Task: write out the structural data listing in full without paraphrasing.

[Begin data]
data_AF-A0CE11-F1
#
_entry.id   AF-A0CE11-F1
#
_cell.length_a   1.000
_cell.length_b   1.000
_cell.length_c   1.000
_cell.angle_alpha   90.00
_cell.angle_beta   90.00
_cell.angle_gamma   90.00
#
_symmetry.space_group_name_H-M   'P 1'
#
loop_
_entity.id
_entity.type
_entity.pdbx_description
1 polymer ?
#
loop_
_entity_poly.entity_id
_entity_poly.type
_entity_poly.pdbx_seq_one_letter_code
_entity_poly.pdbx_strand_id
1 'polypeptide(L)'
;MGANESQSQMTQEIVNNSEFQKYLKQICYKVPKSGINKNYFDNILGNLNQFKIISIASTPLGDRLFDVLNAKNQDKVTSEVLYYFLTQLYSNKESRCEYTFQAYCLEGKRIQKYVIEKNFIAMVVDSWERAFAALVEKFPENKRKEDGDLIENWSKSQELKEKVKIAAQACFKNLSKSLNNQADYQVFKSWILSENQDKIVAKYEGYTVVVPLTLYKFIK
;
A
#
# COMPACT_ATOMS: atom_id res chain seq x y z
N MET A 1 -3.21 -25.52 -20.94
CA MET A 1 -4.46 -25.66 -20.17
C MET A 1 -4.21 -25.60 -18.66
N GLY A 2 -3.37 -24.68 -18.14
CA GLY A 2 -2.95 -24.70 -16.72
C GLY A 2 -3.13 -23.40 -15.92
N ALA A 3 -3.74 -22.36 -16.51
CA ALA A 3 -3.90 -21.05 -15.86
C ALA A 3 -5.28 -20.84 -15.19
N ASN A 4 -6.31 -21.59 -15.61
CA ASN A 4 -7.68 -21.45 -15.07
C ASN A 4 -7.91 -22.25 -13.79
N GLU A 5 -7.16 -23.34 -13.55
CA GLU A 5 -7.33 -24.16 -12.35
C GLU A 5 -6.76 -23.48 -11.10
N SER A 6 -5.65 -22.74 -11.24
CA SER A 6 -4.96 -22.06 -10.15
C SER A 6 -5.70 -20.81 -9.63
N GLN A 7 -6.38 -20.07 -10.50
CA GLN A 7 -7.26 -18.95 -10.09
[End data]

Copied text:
data_AF-A0CE11-F1
#
_entry.id   AF-A0CE11-F1
#
_cell.length_a   1.000
_cell.length_b   1.000
_cell.length_c   1.000
_cell.angle_alpha   90.00
_cell.angle_beta   90.00
_cell.angle_gamma   90.00
#
_symmetry.space_group_name_H-M   'P 1'
#
loop_
_entity.id
_entity.type
_entity.pdbx_description
1 polymer ?
#
loop_
_entity_poly.entity_id
_entity_poly.type
_entity_poly.pdbx_seq_one_letter_code
_entity_poly.pdbx_strand_id
1 'polypeptide(L)'
;MGANESQSQMTQEIVNNSEFQKYLKQICYKVPKSGINKNYFDNILGNLNQFKIISIASTPLGDRLFDVLNAKNQDKVTSEVLYYFLTQLYSNKESRCEYTFQAYCLEGKRIQKYVIEKNFIAMVVDSWERAFAALVEKFPENKRKEDGDLIENWSKSQELKEKVKIAAQACFKNLSKSLNNQADYQVFKSWILSENQDKIVAKYEGYTVVVPLTLYKFIK
;
A
#
# COMPACT_ATOMS: atom_id res chain seq x y z
N MET A 1 -3.21 -25.52 -20.94
CA MET A 1 -4.46 -25.66 -20.17
C MET A 1 -4.21 -25.60 -18.66
N GLY A 2 -3.37 -24.68 -18.14
CA GLY A 2 -2.95 -24.70 -16.72
C GLY A 2 -3.13 -23.40 -15.92
N ALA A 3 -3.74 -22.36 -16.51
CA ALA A 3 -3.90 -21.05 -15.86
C ALA A 3 -5.28 -20.84 -15.19
N ASN A 4 -6.31 -21.59 -15.61
CA ASN A 4 -7.68 -21.45 -15.07
C ASN A 4 -7.91 -22.25 -13.79
N GLU A 5 -7.16 -23.34 -13.55
CA GLU A 5 -7.33 -24.16 -12.35
C GLU A 5 -6.76 -23.48 -11.10
N SER A 6 -5.65 -22.74 -11.24
CA SER A 6 -4.96 -22.06 -10.15
C SER A 6 -5.70 -20.81 -9.63
N GLN A 7 -6.38 -20.07 -10.50
CA GLN A 7 -7.26 -18.95 -10.09